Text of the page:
Now you have returned, or are about to return, from your Easter break, and are looking ahead to the final stages of your placement, I thought it would be helpful to focus on a specific aspect of teaching and consider ways of developing your practice in a certain area.
I have been doing some analysis of your Interim Profiles and there were a couple of the Teachers’ Standards that stood out as ones that a large proportion of you were not achieving as high a grades in as other standards. This week I am going to consider Standard 5 ‘Adapt teaching to respond to the strengths and needs of all pupils’ and think particularly about knowing ‘when and how to differentiate appropriately, using approaches which enable pupils to be taught effectively’.
It is, of course, no surprise that this was a standard you were not achieving as highly in at the Interim stage – whilst you are still grappling with the basics of planning and teaching, the idea of adapting your practice for a range of different needs is incredibly difficult. This is also a particular complex aspect of a teacher’s practice, and one which many experienced teachers still find hard. Now you are more confident though, here are some thoughts and challenges you might consider over the next few weeks:
Return to observation:
It is likely to have been a while now since you observed an experienced class teacher, but this is an excellent time to observe someone who is really good at an aspect of teaching you are trying to develop further. With your mentor, identify a colleague who is particularly good at adapting their practice to support all pupils in their class.
Talk to the teacher about what they think about at the planning stage – how do they adapt their lessons without creating an unmanageable workload for themselves?
When you observe the teacher, you want to look specifically at what different pupils experience during the lessons and what is the same and different about the activities they do and their learning over the duration of the lesson. What would be a good way of making notes about what you want to see? Decide on a suitable format in advance of the lesson – for example, could you make notes on an enlarged seating plan so you can write about different pupils easily?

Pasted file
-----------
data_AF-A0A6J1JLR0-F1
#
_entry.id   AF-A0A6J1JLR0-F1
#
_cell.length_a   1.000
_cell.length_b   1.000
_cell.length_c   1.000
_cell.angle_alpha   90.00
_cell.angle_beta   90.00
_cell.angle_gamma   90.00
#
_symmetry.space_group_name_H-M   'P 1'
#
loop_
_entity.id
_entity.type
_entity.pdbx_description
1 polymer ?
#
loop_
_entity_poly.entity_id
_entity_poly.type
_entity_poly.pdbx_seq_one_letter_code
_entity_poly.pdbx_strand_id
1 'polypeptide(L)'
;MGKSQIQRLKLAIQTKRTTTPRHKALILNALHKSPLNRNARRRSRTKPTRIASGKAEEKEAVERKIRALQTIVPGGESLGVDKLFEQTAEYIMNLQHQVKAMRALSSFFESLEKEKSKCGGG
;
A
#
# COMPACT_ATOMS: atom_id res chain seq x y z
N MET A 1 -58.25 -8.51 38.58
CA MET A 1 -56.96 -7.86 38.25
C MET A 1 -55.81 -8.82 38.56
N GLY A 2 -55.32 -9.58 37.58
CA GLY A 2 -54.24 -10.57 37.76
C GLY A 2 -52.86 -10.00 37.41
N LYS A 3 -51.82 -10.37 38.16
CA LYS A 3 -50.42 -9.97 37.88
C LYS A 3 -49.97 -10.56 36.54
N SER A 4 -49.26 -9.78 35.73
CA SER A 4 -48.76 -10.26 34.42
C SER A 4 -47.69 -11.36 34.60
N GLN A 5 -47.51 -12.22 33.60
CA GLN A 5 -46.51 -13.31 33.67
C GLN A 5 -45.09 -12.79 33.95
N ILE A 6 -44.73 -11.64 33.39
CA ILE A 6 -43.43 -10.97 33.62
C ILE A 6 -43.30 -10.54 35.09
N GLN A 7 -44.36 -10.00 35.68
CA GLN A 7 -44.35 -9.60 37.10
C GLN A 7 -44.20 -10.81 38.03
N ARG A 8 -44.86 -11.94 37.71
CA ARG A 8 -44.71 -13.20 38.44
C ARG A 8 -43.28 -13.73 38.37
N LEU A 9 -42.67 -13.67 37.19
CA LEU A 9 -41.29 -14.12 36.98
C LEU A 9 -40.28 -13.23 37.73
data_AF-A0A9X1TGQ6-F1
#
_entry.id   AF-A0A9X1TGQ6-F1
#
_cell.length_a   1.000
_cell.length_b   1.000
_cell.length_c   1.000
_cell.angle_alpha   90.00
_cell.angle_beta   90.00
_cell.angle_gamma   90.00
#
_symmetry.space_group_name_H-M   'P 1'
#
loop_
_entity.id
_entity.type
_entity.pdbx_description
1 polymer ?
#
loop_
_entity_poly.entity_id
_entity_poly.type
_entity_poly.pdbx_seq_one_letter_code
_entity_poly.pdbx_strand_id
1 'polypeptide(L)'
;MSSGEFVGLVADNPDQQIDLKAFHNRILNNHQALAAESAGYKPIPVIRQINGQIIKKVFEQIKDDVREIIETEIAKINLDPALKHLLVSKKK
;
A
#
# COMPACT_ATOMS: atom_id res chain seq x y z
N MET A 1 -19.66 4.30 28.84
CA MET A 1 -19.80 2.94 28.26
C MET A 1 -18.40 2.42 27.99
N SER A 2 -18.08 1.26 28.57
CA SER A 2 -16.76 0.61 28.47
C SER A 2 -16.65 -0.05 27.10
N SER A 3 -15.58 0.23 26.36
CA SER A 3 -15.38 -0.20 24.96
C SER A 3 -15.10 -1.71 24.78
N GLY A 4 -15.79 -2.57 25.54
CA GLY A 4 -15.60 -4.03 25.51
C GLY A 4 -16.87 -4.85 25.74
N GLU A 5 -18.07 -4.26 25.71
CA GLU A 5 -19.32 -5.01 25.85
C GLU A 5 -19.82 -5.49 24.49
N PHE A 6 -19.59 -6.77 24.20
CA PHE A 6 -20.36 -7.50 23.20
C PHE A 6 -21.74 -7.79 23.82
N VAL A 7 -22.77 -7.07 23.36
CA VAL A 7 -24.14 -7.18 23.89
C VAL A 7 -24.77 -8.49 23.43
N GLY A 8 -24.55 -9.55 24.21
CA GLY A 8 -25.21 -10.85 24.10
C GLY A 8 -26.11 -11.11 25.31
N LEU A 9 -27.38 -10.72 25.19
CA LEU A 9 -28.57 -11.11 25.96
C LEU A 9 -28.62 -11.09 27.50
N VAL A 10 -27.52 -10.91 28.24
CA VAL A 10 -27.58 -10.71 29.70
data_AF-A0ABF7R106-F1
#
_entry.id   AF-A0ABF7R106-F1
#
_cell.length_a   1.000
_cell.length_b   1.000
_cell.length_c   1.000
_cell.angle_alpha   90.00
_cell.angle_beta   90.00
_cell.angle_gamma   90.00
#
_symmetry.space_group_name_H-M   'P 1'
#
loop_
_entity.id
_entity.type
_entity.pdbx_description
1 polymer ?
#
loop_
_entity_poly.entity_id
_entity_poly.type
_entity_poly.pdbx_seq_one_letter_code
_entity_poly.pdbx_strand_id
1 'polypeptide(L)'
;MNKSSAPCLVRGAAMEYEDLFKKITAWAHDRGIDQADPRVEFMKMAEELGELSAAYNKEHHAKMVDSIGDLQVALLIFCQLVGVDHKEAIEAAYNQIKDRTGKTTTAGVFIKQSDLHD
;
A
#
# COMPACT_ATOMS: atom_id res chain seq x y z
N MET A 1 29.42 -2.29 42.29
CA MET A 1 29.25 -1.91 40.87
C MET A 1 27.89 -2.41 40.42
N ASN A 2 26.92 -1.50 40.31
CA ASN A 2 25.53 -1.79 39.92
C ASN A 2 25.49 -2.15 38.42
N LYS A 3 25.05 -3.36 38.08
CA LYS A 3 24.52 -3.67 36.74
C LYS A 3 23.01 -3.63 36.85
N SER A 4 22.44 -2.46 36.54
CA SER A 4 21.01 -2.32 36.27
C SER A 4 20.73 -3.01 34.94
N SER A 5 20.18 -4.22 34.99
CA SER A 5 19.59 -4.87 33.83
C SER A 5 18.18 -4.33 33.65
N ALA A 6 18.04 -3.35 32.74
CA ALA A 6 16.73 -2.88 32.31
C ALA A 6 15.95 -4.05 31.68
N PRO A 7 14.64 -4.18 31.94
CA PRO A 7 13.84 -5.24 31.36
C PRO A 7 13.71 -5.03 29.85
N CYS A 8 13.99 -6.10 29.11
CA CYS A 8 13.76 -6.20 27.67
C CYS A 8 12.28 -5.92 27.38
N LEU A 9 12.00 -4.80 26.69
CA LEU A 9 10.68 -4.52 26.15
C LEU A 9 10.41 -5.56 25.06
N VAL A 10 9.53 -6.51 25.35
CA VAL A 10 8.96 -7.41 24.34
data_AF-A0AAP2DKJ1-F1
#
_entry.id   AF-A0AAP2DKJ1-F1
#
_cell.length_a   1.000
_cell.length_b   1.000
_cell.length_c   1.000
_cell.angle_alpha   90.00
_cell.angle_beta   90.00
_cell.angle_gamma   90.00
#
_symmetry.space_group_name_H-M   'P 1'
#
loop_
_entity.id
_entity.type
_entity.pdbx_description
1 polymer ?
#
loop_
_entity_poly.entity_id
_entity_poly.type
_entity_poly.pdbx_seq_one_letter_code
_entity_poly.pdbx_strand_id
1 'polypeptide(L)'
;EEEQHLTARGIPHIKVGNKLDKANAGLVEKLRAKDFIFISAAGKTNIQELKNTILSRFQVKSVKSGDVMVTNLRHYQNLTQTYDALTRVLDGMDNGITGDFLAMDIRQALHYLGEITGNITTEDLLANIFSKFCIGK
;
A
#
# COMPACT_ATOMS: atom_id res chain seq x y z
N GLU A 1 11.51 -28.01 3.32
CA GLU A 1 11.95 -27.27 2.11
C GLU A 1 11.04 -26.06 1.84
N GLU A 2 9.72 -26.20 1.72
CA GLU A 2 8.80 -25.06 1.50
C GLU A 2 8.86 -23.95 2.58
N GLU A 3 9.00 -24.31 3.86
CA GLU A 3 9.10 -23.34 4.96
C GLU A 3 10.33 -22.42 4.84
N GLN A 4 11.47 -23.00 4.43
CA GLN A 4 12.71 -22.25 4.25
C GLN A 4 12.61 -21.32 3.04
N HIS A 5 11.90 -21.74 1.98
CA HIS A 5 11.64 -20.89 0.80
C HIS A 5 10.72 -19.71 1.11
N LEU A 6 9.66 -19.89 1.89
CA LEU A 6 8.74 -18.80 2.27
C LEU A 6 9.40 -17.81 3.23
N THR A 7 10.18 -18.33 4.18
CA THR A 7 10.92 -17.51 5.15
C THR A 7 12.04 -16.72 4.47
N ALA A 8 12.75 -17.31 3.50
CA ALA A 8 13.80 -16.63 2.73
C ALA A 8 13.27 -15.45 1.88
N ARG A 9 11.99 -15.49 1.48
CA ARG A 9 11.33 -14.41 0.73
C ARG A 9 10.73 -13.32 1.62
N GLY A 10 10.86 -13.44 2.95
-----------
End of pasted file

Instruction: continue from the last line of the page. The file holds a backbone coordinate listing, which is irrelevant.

If it is appropriate, you could ask the teacher to mention things to you within the lesson – for example, something they particularly want you to notice in relation to what they have done or how a pupil has responded.
After the lesson, talk to your mentor about what you learnt from your experience. What strategies could you apply to any of your lessons moving forward?
Learning from theory:
Consider how the theories about teaching and learning which we have considered over the duration of the course might help you.
For example, how could thinking about the concept of scaffolding support your thinking?
To me, whilst scaffolding is a theory which offers an explanation of what is happening when a teacher and learner are interacting, the concept can also be really helpful when thinking in advance about how to adapt my teaching for different needs. At the planning stage, I can think carefully about the layers of support I could offer in a lesson that would enable all pupils to access a learning activity and, instead of creating lots of different levels of work (three different worksheets as a means of differentiation is never going to be sustainable if you are teaching a full timetable) I can make sure I have ready resources and questions that could help different pupils.
Here’s a maths example of what I mean (sorry for the non-mathematicians – I will try and keep it simple!):
I once observed a lesson on linear equations (questions like ‘solve 3x +17 = 35’). The teacher had done a good job of explaining the mathematical ideas and the class had worked on some examples together successfully. As soon as the pupils started working independently, however, there were several pupils who kept getting incorrect answers. On the surface, this could suggest that the teacher should have created different worksheets with simpler questions on, or possibly even decided some pupils weren’t ready for linear equations and done something much easier with them.